Agreed grants from Horizon 2020 to many UK research-intensive universities had dropped by more than 20 per cent by the last year of the programme, Times Higher Education analysis suggests.
The figures, based on data from the European Commission’s research programme, show that although tens of millions of euros in grants were still agreed with UK institutions in 2020, the totals appeared to have tailed off at a number of universities.
For example, of 14 large research-intensive universities that agreed Horizon grants of at least €20 million (£17 million) in 2015, 11 received a fifth less in 2020.
Data from the Higher Education Statistics Agency on research income also show a pattern of decline at many institutions.
Again, 11 major research-intensives recorded a drop of more than 10 per cent in European Union research funding from 2015-16 to 2019-20, although they were not all the same universities because of the way grant income is often spent over different years.
It follows a broader analysis of Horizon 2020 data by the campaign group Scientists for EU last month, which suggested that the UK may have lost out on £1.5 billion in funding since 2015 when comparing the figures with German institutions.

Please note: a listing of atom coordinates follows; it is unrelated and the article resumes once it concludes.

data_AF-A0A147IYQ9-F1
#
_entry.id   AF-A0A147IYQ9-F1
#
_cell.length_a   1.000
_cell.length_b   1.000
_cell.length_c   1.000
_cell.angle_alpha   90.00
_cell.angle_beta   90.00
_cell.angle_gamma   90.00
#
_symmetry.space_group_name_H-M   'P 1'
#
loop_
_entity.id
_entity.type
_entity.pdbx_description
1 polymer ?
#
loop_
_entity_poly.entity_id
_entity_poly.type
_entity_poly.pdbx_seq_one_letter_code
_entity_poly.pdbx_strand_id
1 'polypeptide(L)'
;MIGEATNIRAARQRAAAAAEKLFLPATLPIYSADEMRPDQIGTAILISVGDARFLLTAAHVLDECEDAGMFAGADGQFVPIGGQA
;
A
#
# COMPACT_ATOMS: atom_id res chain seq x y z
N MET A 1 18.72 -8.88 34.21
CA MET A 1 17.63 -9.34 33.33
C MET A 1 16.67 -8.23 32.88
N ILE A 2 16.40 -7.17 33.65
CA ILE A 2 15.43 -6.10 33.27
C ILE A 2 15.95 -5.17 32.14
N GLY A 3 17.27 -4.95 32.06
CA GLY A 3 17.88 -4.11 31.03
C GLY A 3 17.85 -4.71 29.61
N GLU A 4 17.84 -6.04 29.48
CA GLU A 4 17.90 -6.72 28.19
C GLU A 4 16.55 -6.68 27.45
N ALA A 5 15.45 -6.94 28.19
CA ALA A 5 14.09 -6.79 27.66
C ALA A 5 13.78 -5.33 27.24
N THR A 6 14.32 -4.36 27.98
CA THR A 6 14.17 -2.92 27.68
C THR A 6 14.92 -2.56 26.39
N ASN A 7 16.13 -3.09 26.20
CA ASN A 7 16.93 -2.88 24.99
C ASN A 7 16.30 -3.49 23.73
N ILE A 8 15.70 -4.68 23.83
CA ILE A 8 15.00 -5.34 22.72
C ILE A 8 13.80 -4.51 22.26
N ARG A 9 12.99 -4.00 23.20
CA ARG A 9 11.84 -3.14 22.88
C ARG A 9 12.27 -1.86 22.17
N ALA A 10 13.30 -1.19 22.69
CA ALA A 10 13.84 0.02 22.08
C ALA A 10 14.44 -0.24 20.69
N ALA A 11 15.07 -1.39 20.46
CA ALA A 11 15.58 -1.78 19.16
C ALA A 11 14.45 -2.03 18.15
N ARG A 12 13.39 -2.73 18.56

It claimed that the tailing-off could be linked to the 2016 Brexit vote and its aftermath of uncertainty about the UK’s future place in European funding programmes.
The University of Cambridge was one of three universities where EU grants agreed in 2020 were more than 40 per cent lower than five years before, although its 2015 total was the highest in the sector at €85 million and its Hesa data show a much smoother trajectory for EU research income over the period.
Peter Hedges, head of the university’s research office, said that Cambridge’s own internal figures pointed to stability on EU grants won between 2015 and 2020 and “no real evidence of a Brexit impact”.
However, he said, there had been anecdotes after the referendum that some UK research institutions were finding it more difficult to get involved in bigger collaborations, which could explain the decline elsewhere.
“It could be that at the UK level it is more of an impact on the collaborative programmes, and it could be that for less high-profile players, there has been more of a case of smaller institutions being excluded,” he said.
UK Research and Innovation said it had not analysed the Horizon data, but UK participation in major Horizon elements such as the European Research Council and Marie Skłodowska-Curie Actions had “remained relatively stable throughout the lifetime of the programme”.
A spokeswoman added that UKRI’s “ambition” for the new Horizon Europe programme, which the UK has agreed to associated to, was for researchers to participate “to the maximum extent”, and she said there was already “enormous interest”.